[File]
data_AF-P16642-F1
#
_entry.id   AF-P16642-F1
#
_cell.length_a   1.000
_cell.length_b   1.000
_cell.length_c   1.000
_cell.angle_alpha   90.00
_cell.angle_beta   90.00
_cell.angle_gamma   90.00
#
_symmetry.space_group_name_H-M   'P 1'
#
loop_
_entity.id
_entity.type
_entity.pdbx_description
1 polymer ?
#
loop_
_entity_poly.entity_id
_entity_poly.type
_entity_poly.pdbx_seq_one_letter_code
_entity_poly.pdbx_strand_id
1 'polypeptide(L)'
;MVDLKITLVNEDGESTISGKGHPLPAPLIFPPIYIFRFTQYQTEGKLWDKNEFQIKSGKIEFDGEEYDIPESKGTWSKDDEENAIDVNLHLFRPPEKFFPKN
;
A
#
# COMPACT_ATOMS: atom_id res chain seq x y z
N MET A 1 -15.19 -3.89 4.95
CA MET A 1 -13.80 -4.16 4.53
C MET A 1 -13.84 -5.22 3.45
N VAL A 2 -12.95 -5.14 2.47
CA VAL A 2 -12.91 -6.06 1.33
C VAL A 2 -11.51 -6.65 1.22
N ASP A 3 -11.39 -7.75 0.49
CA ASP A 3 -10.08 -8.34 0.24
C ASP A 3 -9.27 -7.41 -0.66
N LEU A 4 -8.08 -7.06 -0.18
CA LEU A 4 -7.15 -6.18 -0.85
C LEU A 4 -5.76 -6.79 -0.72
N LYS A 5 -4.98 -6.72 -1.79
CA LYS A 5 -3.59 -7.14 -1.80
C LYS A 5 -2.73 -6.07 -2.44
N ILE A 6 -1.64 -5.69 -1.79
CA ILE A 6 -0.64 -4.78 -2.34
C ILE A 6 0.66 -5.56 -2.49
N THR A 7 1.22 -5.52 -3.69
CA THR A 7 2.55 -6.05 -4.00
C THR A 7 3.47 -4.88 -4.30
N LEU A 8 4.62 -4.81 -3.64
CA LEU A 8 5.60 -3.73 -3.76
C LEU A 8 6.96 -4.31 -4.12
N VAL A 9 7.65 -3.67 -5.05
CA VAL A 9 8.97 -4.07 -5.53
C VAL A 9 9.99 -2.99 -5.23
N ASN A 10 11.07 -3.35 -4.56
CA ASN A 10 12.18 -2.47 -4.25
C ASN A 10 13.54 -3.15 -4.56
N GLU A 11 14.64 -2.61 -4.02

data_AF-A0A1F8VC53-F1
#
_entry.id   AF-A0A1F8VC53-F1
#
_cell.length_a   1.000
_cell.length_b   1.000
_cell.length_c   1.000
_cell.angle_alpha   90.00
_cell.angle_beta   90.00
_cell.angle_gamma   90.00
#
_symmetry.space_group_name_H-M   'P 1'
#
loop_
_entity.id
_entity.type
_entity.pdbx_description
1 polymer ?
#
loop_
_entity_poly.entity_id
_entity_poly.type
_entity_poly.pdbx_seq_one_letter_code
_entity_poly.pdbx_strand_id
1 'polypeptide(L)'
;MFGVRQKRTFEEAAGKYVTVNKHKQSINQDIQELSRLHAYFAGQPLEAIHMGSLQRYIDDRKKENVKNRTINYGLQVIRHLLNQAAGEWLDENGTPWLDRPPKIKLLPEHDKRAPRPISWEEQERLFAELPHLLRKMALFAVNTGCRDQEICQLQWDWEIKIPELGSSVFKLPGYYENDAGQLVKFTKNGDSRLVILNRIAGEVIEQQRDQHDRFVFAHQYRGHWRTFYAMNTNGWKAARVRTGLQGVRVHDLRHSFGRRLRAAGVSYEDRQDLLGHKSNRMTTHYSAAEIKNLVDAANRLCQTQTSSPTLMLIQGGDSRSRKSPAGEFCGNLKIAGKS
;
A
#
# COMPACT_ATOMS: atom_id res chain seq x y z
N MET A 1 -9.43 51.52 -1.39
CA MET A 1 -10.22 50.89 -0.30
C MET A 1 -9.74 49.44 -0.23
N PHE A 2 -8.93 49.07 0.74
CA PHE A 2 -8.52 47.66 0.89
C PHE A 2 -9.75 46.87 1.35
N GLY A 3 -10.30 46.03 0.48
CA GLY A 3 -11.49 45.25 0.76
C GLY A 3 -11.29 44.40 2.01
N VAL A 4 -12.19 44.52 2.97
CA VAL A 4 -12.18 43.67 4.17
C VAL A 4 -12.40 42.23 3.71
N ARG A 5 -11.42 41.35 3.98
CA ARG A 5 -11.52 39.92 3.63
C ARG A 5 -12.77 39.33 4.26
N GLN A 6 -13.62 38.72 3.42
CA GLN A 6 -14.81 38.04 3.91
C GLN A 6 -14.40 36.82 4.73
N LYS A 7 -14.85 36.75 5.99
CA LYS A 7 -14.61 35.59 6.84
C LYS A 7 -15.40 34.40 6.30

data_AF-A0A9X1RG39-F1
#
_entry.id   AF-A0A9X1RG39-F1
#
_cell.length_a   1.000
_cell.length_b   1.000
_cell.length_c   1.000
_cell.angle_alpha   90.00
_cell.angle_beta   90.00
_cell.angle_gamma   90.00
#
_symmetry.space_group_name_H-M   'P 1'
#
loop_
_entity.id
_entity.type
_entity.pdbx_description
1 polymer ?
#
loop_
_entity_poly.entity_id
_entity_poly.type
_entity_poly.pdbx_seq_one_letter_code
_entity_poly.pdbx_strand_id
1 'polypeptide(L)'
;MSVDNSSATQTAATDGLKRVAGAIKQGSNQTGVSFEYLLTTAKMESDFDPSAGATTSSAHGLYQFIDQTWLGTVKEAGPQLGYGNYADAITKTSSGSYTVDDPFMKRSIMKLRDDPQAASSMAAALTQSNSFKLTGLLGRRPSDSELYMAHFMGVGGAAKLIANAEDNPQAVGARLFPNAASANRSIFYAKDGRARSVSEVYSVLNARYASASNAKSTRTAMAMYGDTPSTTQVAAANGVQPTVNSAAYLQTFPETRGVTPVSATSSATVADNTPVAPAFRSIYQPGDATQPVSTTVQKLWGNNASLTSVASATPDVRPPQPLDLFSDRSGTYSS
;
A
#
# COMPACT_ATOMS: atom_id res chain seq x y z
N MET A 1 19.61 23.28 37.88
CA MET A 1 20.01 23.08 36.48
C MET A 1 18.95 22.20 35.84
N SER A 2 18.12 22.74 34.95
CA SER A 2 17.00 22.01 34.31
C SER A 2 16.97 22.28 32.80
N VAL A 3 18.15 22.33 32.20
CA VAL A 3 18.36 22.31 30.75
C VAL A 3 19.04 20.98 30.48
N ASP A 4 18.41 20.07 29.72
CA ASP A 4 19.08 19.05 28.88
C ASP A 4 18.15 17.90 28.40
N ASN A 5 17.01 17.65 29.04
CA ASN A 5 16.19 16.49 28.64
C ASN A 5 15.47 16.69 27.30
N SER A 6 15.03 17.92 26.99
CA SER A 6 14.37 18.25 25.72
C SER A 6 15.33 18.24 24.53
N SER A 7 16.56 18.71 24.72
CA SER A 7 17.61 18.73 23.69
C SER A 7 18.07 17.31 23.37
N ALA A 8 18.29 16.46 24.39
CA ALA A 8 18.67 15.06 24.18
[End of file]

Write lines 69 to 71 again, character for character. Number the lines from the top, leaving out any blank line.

_cell.angle_alpha   90.00
_cell.angle_beta   90.00
_cell.angle_gamma   90.00